Scientists say that we have earwax to help protect the delicate ear canal and to trap dust, foreign objects and small flying insects, but no one knows for sure. It is known that the amount of wax you produce is genetically determined.
A proper syringing
One thing we do know is that wax build-up can cause symptoms like itchy ears, dizziness, a sensation of blocked ears and even a diminished sense of hearing. The first thing we reach for is a earbud or pin. Not only does using these implements worsen the problem, but cleaning your ears with pointed objects can damage the canal and the eardrum.
Read: Earbuds linked to ruptured eardrums
To solve the problem of blocked ears, best would be to visit your doctor for a proper syringing. Prior to your visit, put some wax-softening drops in your ear. Waxol drops work well.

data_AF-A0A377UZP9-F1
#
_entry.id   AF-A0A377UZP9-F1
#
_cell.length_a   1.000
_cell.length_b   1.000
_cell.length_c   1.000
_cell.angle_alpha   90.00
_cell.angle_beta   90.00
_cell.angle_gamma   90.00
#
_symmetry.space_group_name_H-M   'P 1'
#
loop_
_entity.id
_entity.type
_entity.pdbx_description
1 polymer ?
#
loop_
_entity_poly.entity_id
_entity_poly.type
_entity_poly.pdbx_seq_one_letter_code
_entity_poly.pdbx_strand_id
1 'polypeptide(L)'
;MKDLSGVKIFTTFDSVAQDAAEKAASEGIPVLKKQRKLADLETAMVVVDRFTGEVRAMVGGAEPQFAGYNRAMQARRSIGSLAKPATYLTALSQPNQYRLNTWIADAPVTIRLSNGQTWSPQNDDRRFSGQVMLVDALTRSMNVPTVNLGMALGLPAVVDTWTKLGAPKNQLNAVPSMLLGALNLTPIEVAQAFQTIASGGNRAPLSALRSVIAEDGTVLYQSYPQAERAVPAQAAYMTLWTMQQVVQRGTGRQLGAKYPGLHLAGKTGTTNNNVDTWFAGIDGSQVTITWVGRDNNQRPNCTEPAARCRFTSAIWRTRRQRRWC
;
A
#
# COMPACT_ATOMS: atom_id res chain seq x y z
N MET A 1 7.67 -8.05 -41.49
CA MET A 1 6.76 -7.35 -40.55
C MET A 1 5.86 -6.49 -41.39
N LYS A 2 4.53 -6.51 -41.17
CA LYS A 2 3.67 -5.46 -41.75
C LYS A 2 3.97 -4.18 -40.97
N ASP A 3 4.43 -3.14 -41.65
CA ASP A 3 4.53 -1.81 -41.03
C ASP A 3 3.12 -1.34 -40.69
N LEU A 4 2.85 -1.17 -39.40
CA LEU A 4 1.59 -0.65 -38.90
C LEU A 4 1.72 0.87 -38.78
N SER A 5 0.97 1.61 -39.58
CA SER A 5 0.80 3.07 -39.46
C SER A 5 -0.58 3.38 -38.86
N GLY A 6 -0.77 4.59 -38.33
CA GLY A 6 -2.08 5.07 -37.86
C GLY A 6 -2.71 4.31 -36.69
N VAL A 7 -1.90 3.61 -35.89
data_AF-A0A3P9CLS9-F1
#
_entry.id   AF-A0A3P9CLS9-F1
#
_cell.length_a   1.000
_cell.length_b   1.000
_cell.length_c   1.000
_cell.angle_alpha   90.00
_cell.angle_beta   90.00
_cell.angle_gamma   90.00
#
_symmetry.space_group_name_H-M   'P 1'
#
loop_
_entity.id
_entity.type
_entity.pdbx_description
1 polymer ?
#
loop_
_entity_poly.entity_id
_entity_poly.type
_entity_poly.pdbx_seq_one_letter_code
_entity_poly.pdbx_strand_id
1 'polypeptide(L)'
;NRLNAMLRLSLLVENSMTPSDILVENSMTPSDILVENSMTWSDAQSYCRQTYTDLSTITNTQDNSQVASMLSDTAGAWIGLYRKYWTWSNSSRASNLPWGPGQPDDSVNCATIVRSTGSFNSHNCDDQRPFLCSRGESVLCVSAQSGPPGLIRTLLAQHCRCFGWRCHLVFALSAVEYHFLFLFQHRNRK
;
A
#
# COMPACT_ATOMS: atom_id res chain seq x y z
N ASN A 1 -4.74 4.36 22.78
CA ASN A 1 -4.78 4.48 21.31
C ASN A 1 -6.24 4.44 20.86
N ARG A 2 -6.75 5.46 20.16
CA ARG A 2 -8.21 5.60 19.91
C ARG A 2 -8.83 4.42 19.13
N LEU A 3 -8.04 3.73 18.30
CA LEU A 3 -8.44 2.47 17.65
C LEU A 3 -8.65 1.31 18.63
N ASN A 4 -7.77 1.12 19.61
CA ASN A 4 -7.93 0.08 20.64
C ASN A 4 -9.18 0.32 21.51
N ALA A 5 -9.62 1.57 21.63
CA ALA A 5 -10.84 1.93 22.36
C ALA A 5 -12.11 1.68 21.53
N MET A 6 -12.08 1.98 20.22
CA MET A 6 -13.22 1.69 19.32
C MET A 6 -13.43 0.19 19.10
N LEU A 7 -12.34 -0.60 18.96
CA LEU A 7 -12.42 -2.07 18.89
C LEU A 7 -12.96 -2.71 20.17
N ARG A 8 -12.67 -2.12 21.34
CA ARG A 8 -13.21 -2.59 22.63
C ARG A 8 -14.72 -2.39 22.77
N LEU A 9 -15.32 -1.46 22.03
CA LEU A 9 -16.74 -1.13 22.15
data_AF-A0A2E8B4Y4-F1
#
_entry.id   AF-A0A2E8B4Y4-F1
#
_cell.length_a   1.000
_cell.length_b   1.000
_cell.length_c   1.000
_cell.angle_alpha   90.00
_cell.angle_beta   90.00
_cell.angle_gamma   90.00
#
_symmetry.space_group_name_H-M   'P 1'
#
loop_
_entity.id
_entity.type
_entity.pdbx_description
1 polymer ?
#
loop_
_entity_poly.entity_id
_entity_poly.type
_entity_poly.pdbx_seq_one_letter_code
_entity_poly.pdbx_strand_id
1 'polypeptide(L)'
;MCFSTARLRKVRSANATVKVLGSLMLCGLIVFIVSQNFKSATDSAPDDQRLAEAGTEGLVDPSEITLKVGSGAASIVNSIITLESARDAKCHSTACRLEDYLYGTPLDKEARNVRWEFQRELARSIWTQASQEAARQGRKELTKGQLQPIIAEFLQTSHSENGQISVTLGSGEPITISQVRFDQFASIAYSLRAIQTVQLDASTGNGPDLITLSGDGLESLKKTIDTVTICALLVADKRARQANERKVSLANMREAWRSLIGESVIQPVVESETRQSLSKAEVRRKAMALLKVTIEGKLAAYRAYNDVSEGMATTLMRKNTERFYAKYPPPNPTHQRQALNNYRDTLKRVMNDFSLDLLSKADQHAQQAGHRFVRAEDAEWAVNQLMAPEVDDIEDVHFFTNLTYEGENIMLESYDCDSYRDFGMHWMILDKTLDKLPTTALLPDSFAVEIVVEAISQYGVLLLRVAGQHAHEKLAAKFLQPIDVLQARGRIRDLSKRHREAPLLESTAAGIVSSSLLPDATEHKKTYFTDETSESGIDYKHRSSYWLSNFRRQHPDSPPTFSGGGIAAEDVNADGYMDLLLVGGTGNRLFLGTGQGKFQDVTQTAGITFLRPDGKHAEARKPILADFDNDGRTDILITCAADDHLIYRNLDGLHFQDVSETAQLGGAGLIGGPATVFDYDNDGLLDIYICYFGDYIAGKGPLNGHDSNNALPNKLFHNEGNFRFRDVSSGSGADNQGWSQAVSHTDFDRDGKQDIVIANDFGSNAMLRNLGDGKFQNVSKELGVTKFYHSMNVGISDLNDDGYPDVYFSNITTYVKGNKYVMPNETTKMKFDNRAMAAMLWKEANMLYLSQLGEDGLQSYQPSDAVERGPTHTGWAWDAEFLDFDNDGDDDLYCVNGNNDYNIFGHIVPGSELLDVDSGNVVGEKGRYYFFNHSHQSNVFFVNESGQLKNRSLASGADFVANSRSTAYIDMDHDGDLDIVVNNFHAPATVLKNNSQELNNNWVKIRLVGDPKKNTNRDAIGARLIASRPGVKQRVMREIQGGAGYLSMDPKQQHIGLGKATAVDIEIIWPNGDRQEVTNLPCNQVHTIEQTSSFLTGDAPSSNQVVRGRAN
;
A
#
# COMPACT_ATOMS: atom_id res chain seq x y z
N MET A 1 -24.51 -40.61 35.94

Here's how you get those nasty wax plugs out of your ears:
1. Place some wax softening ear drops in your ear canal for a day or two.
2. Get a suction bulb (like the ones used to suck mucus from a baby's nose) and body-temperature water.
3. By softly aiming a gentle stream of water to the top part of the ear canal, you may manage to dislodge and wash some of the wax out.
4. Repeat the process a few of times.
5. If you don't have any success, stop! Continuous washing may damage the canal or ear drum.
When should you NOT self-syringe:
1. If you have grommets
2. If you have or previously had a hole in your tempanic membrane
3. If you have ear pain
4. If your ear canal is exceptionally narrow
5. If you've experienced dizzy spells
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Image: Medical ear wash from Shutterstock
Dr. Owen J. Wiese is Health24's resident doctor. After graduating from Stellenbosch University with additional qualifications in biochemistry and physiology he developed a keen interest in providing medical information through the media.